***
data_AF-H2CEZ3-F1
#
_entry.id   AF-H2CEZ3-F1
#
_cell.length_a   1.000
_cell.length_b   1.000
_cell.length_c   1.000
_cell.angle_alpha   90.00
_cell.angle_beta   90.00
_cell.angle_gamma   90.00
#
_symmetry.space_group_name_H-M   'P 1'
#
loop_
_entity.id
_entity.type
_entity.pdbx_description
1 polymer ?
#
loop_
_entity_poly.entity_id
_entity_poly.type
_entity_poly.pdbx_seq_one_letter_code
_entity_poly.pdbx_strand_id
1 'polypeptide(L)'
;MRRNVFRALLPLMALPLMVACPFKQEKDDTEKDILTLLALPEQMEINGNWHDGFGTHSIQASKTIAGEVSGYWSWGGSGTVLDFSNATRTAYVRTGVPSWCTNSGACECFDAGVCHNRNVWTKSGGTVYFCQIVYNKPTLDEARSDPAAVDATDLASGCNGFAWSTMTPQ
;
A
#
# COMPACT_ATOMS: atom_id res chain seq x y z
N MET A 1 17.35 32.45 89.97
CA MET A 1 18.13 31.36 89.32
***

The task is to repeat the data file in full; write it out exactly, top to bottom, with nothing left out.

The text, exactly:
data_AF-H2CEZ3-F1
#
_entry.id   AF-H2CEZ3-F1
#
_cell.length_a   1.000
_cell.length_b   1.000
_cell.length_c   1.000
_cell.angle_alpha   90.00
_cell.angle_beta   90.00
_cell.angle_gamma   90.00
#
_symmetry.space_group_name_H-M   'P 1'
#
loop_
_entity.id
_entity.type
_entity.pdbx_description
1 polymer ?
#
loop_
_entity_poly.entity_id
_entity_poly.type
_entity_poly.pdbx_seq_one_letter_code
_entity_poly.pdbx_strand_id
1 'polypeptide(L)'
;MRRNVFRALLPLMALPLMVACPFKQEKDDTEKDILTLLALPEQMEINGNWHDGFGTHSIQASKTIAGEVSGYWSWGGSGTVLDFSNATRTAYVRTGVPSWCTNSGACECFDAGVCHNRNVWTKSGGTVYFCQIVYNKPTLDEARSDPAAVDATDLASGCNGFAWSTMTPQ
;
A
#
# COMPACT_ATOMS: atom_id res chain seq x y z
N MET A 1 17.35 32.45 89.97
CA MET A 1 18.13 31.36 89.32